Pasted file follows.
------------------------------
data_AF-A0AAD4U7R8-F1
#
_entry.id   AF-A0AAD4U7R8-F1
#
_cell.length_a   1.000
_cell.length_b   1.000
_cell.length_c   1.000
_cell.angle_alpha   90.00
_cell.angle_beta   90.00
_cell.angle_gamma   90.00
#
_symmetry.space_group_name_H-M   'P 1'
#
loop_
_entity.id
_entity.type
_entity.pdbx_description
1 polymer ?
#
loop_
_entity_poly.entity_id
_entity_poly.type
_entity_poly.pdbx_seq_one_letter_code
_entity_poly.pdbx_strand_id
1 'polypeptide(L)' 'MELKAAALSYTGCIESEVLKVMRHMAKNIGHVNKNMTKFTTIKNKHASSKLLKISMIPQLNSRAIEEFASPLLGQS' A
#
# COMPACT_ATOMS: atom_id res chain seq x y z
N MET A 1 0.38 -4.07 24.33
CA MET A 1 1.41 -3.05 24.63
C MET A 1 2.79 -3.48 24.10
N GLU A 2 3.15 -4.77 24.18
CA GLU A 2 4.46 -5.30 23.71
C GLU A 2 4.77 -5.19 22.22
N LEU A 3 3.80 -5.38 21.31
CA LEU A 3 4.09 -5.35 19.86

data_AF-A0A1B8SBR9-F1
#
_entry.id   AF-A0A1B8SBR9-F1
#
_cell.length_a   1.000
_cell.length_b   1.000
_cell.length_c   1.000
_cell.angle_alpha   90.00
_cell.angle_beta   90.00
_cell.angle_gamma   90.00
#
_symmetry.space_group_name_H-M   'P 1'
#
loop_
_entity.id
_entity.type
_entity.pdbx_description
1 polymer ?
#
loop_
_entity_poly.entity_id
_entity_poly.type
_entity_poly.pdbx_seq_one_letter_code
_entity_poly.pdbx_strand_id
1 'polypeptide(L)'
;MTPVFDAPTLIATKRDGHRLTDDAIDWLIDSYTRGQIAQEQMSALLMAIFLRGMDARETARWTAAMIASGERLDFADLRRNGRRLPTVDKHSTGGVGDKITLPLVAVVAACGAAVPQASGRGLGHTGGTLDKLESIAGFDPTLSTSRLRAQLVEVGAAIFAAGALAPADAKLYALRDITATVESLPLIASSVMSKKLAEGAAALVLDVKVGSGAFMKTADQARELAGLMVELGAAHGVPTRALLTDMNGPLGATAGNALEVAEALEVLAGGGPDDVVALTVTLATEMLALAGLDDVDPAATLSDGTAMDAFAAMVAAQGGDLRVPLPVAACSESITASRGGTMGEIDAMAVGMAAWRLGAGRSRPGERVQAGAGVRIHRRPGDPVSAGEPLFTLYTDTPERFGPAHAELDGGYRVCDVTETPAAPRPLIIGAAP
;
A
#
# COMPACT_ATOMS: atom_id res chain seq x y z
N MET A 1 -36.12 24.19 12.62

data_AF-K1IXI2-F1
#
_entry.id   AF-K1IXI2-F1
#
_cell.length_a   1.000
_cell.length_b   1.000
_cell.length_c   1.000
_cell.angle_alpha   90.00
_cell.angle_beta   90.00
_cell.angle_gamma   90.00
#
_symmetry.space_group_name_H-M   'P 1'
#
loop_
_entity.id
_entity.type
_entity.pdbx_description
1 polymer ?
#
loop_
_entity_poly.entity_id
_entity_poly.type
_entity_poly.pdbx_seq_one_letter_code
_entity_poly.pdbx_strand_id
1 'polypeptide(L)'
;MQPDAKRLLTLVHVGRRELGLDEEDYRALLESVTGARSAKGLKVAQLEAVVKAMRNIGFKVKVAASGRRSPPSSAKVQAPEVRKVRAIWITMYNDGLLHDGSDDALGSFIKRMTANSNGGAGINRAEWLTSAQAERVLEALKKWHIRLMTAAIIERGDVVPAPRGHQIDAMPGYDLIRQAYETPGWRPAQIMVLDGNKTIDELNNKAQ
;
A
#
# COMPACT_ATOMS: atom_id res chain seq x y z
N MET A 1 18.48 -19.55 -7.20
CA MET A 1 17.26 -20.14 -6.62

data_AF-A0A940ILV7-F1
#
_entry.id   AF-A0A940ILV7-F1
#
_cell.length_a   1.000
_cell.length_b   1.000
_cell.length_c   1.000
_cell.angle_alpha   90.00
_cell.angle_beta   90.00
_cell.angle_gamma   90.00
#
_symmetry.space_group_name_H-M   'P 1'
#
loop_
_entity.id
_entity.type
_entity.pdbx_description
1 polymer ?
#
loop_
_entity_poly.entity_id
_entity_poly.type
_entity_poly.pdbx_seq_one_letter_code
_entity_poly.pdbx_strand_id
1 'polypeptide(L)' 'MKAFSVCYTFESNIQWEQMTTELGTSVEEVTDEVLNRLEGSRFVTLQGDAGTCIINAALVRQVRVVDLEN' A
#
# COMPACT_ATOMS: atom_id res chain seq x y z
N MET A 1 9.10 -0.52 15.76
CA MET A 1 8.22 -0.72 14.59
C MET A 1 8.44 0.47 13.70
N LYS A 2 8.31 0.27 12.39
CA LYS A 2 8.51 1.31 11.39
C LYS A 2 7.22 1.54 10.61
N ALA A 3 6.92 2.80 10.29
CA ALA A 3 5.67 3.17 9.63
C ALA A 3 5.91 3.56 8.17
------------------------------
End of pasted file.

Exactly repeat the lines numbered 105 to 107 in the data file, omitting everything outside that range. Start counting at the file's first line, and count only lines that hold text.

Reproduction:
_cell.length_c   1.000
_cell.angle_alpha   90.00
_cell.angle_beta   90.00